An Essay by Arthur Stone PhD on Blue Mondays and Cognitive Heuristics Published in the Sunday New York Times

Distinguished Professor Arthur Stone, PhD used an essay in the Sunday Review section of the New York Times to teach a lesson about psychological biases that may cause people to misjudge their own experiences, sometimes with undesirable consequences. The invited essay, titled Mondays Aren’t as Blue as We Think, was published in the Opinions pages on October 14, 2012.

In the essay, Dr. Stone described the results of his studies showing that while people think Monday is the worst day of the week, they do not actually experience it that way. This conclusion is based on a year-long survey conducted by the Gallup Organization, which called 1,000 people in the United States each day and asked them to describe their moods “yesterday.” When Dr. Stone and his colleagues analyzed the results, they found that the moods experienced by people on Monday were no different from their moods on Tuesday through Thursday and only a trifle worse than those on Friday.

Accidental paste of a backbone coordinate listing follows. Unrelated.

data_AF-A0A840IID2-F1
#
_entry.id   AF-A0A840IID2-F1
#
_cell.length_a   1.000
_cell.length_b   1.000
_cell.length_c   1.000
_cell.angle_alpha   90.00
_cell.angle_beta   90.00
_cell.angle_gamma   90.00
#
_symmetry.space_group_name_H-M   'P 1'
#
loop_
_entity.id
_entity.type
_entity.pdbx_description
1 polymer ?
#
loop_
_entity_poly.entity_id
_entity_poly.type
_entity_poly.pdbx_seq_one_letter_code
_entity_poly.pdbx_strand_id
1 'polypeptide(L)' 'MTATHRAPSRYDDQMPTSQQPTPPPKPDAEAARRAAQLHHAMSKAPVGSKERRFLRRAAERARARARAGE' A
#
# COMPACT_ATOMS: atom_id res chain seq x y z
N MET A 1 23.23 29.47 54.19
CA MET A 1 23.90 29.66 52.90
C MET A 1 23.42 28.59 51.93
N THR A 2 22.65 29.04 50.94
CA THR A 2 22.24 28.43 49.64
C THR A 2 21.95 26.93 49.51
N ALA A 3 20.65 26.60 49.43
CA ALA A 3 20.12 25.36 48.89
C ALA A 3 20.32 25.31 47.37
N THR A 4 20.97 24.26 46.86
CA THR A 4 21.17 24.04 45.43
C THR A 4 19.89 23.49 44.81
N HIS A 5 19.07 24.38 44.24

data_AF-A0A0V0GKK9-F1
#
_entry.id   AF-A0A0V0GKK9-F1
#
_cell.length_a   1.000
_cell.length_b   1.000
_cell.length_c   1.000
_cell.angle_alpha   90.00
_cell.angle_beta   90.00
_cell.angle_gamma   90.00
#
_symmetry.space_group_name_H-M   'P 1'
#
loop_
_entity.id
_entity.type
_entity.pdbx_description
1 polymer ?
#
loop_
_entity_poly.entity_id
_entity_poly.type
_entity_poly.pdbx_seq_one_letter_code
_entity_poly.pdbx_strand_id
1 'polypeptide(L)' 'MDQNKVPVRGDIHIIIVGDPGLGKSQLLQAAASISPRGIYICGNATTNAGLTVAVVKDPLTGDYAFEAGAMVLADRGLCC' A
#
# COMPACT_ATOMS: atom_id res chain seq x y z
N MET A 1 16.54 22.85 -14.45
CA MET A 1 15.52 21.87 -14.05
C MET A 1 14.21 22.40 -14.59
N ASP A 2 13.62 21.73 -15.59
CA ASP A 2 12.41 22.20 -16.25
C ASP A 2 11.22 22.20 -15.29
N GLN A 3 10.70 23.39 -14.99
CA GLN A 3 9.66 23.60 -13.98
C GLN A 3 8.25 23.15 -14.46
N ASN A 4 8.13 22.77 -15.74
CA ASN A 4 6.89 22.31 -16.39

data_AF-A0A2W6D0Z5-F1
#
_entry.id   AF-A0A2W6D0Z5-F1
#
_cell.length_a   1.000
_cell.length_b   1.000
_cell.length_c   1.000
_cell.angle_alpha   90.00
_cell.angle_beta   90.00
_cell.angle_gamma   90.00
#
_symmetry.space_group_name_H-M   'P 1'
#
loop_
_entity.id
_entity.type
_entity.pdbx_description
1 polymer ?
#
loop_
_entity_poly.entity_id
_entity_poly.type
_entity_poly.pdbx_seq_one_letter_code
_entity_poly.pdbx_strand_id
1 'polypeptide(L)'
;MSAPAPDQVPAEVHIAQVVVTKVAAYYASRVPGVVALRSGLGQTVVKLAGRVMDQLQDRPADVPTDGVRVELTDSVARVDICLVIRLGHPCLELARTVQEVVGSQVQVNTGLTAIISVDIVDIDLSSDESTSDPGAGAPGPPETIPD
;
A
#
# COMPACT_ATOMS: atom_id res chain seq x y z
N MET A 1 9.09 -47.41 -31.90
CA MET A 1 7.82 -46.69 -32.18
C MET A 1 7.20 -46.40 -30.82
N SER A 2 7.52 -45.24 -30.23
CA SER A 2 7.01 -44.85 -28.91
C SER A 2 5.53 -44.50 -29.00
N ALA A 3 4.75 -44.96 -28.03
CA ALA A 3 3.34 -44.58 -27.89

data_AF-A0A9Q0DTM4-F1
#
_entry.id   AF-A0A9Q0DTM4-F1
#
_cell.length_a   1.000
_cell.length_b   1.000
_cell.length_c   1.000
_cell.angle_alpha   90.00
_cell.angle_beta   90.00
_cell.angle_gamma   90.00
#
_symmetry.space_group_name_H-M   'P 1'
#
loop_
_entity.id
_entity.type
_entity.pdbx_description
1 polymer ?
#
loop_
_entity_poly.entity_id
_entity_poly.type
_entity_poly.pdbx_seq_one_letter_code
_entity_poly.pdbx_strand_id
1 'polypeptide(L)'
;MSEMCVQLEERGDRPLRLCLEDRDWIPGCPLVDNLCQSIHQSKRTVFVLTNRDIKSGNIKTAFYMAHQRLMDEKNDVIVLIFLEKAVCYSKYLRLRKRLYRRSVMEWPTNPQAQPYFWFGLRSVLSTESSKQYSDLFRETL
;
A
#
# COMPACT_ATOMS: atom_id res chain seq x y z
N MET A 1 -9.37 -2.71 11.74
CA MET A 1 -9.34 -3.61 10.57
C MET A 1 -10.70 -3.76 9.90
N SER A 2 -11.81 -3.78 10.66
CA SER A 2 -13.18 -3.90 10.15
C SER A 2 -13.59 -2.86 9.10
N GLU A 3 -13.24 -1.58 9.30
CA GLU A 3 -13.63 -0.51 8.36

“The blue Monday mystery highlights a phenomenon familiar to behavioral scientists,” Dr. Stone wrote in the New York Times essay, ”that beliefs or judgments about experience can be at odds with actual experience. Indeed, the disconnection between beliefs and experience is common.” Beliefs about blue Mondays, Dr. Stone said, may be caused by “the so-called contrast effect.” Because the shift in mood from Sunday to Monday constitutes the largest shift that occurs during the week, Monday may appear to be worse due to the contrast with the day before.

“The real value of this work,” Dr. Stone said, “comes from understanding the psychological processes that create our memories — and the impact this has on our decisions.” Biases in recalling the experience of a colonoscopy, for example, may discourage a person from seeking one in the future; similarly, faulty recollections of the experience of pain may lead to distortions in the results of pain research.

Dr. Stone is Vice Chair of the Department of Psychiatry and Behavioral Science and Director of the Applied Behavioral Medicine Research Institute at Stony Brook University. He is a leading expert in the field of Behavioral Medicine, with a special interest in patient self-reporting of medical and psychological outcomes.